Russell Henley played steady all week and posted a Sunday 65 to win at the Shell Houston Open, his third PGA Tour victory. Now we hit what many golfers have been anticipating for a while, The Masters. This is considered by many as the unofficial start of spring and while avid golf fans live for this weekend, even non-golf enthusiasts know about this epic tournament and what it means. Its beautiful simplicity is what makes it the greatest golf tournament in the world.
Famed Augusta National plays host to its 81st Masters. Back in the day, hitting the ball a mile would be the greatest asset a player could have. And even though the yardage has increased from 6,985 yards in 2001 to 7,435 yards today, bombing it is no longer the edge. Ball striking is now a big factor as hitting greens in the right spots can lead to easier putts. Only three times in the last 15 years has the winner finished outside the top 26 in driving accuracy, and only twice have they finished out of the top 10 in greens in regulation.
Unless you have seen Augusta National in person, you cannot appreciate the enormous elevation changes which means getting a flat lie is a rarity. Basically, it is a ‘second shot’ course which means the approaches are important just to get into position. Hitting an approach shot to the wrong place in some cases means not even being able to go after the pin, whether it be a chip shot or putt. That brings big scores into play so the thought process of shots is just as important as the physical part of the game.
Even though the course is much longer, it does not take the small hitters out of play as we have seen many contend and even win recently. Because the course has been tightened, it actually brings every player to an almost even playing field and that is what the goal has been since redesigns started taking place. The setup has made the goal pretty simple actually – hit fairways and then hit the correct side of the green and there is a good chance of being on the first page of the leaderboard on Sunday.
The most shocking fact is that the European contingent has struggled at Augusta. Granted, it is a totally different experience but with the huge amount of world class players, a European had not won since 1999 (Jose Maria Olazabal) until last year when Danny Willett was the surprising winner. In total, the green jacket has been given to only seven European players (Nick Faldo three times, Jose Maria Olazabal two times, Seve Ballesteros two times, Bernhard Langer two times, Ian Woosnam, Sandy Lyle and Willett).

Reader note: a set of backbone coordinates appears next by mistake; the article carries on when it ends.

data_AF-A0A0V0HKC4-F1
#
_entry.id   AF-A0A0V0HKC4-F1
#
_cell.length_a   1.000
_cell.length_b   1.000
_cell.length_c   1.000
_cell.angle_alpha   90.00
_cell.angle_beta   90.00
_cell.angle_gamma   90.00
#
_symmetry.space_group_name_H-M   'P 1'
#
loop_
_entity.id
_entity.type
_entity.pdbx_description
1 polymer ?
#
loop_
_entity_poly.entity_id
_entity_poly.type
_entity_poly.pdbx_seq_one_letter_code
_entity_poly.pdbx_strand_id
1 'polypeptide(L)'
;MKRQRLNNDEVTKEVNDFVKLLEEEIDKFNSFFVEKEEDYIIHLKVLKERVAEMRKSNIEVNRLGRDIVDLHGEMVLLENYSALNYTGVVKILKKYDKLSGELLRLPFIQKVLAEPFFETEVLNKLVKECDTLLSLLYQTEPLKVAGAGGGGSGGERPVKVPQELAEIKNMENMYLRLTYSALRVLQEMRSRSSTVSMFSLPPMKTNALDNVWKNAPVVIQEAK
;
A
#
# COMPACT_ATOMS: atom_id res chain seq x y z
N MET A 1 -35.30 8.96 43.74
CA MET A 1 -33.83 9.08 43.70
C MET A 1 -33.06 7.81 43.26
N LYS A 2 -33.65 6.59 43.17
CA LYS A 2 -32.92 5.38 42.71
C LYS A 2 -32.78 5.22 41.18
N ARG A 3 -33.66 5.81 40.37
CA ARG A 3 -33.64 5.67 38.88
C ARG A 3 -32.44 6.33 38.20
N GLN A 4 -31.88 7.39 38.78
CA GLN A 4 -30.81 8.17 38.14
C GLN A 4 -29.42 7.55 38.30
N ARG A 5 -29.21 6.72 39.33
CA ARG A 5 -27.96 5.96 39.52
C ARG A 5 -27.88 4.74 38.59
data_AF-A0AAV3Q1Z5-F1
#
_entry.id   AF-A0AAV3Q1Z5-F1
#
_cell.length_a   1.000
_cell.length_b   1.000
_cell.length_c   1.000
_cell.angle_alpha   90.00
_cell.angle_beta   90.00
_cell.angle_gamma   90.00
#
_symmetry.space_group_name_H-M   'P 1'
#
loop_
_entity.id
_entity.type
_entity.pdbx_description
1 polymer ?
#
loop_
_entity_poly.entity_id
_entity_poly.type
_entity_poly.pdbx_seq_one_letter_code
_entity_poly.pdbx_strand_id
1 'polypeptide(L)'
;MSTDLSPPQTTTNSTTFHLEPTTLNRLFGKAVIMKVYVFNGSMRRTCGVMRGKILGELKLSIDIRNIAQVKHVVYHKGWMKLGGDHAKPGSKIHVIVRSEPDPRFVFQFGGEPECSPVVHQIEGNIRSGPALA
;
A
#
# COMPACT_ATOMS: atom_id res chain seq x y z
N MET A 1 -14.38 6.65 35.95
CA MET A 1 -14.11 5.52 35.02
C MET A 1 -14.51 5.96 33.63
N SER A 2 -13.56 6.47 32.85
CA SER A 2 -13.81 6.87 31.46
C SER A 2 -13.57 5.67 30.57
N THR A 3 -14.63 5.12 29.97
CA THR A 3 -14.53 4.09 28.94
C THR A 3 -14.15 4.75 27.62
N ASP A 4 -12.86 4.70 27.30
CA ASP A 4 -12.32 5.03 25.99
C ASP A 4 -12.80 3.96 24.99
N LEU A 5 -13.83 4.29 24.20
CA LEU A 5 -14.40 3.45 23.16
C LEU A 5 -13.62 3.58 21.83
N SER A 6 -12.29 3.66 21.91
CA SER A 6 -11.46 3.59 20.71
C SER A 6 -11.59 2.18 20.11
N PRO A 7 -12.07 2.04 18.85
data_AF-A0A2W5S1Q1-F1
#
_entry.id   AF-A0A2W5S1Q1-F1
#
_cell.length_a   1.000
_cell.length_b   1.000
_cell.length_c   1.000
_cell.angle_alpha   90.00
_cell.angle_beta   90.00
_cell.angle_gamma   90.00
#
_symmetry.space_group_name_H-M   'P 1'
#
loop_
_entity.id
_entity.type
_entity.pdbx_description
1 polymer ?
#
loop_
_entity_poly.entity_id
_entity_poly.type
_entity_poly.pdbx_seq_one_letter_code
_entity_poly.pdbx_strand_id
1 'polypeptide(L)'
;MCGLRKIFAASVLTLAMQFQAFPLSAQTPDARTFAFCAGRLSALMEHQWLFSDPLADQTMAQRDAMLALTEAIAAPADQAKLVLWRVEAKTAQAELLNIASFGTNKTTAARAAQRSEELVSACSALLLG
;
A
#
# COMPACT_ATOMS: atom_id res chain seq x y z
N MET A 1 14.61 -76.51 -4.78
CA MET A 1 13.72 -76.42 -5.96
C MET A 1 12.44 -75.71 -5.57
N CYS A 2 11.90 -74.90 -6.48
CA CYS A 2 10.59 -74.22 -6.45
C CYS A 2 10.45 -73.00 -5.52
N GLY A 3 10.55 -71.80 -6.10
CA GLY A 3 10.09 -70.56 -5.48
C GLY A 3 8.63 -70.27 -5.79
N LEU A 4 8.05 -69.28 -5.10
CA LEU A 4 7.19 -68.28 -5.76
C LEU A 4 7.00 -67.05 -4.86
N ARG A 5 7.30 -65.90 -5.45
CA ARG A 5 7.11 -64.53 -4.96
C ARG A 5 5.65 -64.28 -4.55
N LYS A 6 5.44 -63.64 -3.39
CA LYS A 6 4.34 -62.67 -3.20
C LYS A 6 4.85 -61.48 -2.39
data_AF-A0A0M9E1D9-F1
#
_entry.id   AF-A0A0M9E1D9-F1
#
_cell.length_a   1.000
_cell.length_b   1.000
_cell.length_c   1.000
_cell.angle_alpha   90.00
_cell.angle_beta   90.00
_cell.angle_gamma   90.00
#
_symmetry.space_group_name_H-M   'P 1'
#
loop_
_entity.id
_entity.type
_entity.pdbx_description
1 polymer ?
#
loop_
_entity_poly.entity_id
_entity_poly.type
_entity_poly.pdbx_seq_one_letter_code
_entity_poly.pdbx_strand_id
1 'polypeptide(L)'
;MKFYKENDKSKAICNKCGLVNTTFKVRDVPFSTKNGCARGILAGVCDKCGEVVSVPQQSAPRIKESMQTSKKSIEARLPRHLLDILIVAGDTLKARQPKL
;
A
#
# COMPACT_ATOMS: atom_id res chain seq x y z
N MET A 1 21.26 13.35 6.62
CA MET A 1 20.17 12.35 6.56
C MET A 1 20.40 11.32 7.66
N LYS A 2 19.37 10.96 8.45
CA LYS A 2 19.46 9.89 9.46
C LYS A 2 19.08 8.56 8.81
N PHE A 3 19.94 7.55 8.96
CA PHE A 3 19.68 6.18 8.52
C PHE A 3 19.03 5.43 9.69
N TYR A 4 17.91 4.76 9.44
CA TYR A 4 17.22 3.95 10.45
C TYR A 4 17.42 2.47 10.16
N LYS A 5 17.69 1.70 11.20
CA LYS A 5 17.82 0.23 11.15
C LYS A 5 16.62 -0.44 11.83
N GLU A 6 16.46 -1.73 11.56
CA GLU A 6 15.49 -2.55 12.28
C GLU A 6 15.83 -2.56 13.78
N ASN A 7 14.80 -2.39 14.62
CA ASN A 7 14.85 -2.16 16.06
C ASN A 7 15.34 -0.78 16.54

Americans dominated here early on with Gary Player being the only non-American to win through the first 43 years and he actually did it three times. Since then, it has been up for grabs as over the last 37 years, Americans have won the green jacket 19 times (nearly half of those by just three players) with the rest of the world not far behind with 18 wins. Past history plays a big part as you will see names near the top that you rarely see in other events as successful players here are usually successful a few times.
How do first time participants fare at Augusta? Not very well as a Masters rookie has not won here since Fuzzy Zoeller in 1979. There have been numerous close calls along the way but experience, even if it is just a little, has prevailed. Last year was not the debut for Willett as he finished T38 in 2015. This year, there are 19 players making their Masters debut which was the same as last year. The most notable is Jon Rahm who at this point last year was not even a professional and now is No. 12 in the world.
It will not be four days of perfect golf conditions this year. While rain showers could affect the Par-Three Contest on Wednesday, the rain is expected to move out by the time the tournament gets into full swing on Thursday, leaving cloudy and windy conditions for the first two rounds of the tournament. Winds are expected to be between 15-20 MPH on Thursday and Friday with gusts reaching 30 MPH. Sunny skies and less wind are expected for the weekend.
Dustin Johnson, winner of his last three starts, is the favorite at +560 followed by Rory McIlroy at +690 and Jordan Spieth at +725. Jason Day will be playing this week after his WD from the WGC-Dell Match Play and is listed at +1,625. Hideki Matsuyama and Rickie Fowler are next at +2,000 followed by Jon Rahm and Justin Rose at +2,360. Phil Mickelson at +2,625 and Henrik Stenson at +2,875 round out the top ten.